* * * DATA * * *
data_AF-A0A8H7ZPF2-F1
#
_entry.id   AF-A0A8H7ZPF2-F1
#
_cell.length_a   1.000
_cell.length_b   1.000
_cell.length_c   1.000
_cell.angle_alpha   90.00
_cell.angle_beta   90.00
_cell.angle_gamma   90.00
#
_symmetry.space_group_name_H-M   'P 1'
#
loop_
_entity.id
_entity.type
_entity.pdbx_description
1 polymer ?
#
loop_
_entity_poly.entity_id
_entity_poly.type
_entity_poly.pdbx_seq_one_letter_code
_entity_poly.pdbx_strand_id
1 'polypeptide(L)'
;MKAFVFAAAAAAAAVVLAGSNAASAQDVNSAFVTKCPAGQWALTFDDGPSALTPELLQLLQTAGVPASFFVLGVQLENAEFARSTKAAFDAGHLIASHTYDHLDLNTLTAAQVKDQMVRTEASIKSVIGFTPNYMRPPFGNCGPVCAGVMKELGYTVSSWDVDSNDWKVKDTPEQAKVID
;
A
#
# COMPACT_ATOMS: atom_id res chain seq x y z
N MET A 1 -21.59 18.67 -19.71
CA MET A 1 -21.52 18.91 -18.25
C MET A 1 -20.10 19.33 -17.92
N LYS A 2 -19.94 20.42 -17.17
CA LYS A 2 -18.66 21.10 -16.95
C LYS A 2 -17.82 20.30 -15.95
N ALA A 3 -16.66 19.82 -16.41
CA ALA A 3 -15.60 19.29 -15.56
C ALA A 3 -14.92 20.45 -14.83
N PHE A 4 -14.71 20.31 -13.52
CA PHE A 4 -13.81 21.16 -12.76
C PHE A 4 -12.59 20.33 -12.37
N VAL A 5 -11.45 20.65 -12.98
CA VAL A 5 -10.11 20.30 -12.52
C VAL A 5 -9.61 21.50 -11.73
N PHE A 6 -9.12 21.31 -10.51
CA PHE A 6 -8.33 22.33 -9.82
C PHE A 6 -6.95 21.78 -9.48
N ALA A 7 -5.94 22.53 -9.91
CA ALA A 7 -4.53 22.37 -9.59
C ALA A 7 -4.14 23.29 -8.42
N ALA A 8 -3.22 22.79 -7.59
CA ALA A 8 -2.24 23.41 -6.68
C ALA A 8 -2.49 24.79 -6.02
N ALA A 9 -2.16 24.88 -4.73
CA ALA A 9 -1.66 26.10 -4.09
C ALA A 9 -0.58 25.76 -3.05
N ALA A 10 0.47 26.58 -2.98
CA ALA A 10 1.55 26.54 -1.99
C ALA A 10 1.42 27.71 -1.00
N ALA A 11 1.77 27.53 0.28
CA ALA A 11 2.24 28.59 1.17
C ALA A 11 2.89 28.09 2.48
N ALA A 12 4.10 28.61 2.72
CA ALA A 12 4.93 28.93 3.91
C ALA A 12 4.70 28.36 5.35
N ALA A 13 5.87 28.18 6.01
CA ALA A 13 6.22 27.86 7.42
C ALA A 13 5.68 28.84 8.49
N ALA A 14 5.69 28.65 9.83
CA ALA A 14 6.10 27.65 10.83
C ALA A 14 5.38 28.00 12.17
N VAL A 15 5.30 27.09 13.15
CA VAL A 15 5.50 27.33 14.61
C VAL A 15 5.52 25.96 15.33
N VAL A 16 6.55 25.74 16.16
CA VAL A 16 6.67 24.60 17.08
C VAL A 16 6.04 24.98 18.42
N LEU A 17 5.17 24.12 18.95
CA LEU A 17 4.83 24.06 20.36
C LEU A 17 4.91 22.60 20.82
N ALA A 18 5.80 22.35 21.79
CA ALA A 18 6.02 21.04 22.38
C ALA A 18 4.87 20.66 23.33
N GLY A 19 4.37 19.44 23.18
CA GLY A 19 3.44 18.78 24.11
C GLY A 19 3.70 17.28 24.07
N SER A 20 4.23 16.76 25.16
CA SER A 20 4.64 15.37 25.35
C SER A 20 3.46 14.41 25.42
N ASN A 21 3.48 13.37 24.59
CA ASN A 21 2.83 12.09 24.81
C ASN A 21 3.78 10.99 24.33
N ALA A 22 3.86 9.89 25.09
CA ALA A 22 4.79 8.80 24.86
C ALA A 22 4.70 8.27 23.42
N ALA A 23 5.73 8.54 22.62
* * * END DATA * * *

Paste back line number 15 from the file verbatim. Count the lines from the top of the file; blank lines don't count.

_entity.id